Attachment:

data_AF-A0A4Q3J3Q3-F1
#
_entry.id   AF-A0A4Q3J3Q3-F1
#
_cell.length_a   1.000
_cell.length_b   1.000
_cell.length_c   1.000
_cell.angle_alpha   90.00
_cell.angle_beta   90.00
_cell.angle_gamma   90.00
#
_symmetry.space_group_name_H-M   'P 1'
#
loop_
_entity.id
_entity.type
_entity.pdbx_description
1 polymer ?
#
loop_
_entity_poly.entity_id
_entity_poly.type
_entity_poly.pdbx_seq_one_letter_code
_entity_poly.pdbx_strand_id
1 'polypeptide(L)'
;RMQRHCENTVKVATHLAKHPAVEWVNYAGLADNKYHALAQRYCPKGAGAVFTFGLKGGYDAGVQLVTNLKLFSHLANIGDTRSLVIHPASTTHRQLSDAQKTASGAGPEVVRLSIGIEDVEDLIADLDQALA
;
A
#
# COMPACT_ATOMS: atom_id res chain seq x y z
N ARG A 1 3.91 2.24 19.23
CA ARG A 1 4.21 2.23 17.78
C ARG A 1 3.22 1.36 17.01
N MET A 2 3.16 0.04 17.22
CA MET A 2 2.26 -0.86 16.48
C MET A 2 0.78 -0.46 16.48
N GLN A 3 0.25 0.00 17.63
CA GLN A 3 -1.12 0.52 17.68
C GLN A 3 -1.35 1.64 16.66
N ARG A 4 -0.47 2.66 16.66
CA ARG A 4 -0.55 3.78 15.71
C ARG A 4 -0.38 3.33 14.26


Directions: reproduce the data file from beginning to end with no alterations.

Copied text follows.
data_AF-A0A4Q3J3Q3-F1
#
_entry.id   AF-A0A4Q3J3Q3-F1
#
_cell.length_a   1.000
_cell.length_b   1.000
_cell.length_c   1.000
_cell.angle_alpha   90.00
_cell.angle_beta   90.00
_cell.angle_gamma   90.00
#
_symmetry.space_group_name_H-M   'P 1'
#
loop_
_entity.id
_entity.type
_entity.pdbx_description
1 polymer ?
#
loop_
_entity_poly.entity_id
_entity_poly.type
_entity_poly.pdbx_seq_one_letter_code
_entity_poly.pdbx_strand_id
1 'polypeptide(L)'
;RMQRHCENTVKVATHLAKHPAVEWVNYAGLADNKYHALAQRYCPKGAGAVFTFGLKGGYDAGVQLVTNLKLFSHLANIGDTRSLVIHPASTTHRQLSDAQKTASGAGPEVVRLSIGIEDVEDLIADLDQALA
;
A
#
# COMPACT_ATOMS: atom_id res chain seq x y z
N ARG A 1 3.91 2.24 19.23
CA ARG A 1 4.21 2.23 17.78
C ARG A 1 3.22 1.36 17.01
N MET A 2 3.16 0.04 17.22
CA MET A 2 2.26 -0.86 16.48
C MET A 2 0.78 -0.46 16.48
N GLN A 3 0.25 0.00 17.63
CA GLN A 3 -1.12 0.52 17.68
C GLN A 3 -1.35 1.64 16.66
N ARG A 4 -0.47 2.66 16.66
CA ARG A 4 -0.55 3.78 15.71
C ARG A 4 -0.38 3.33 14.26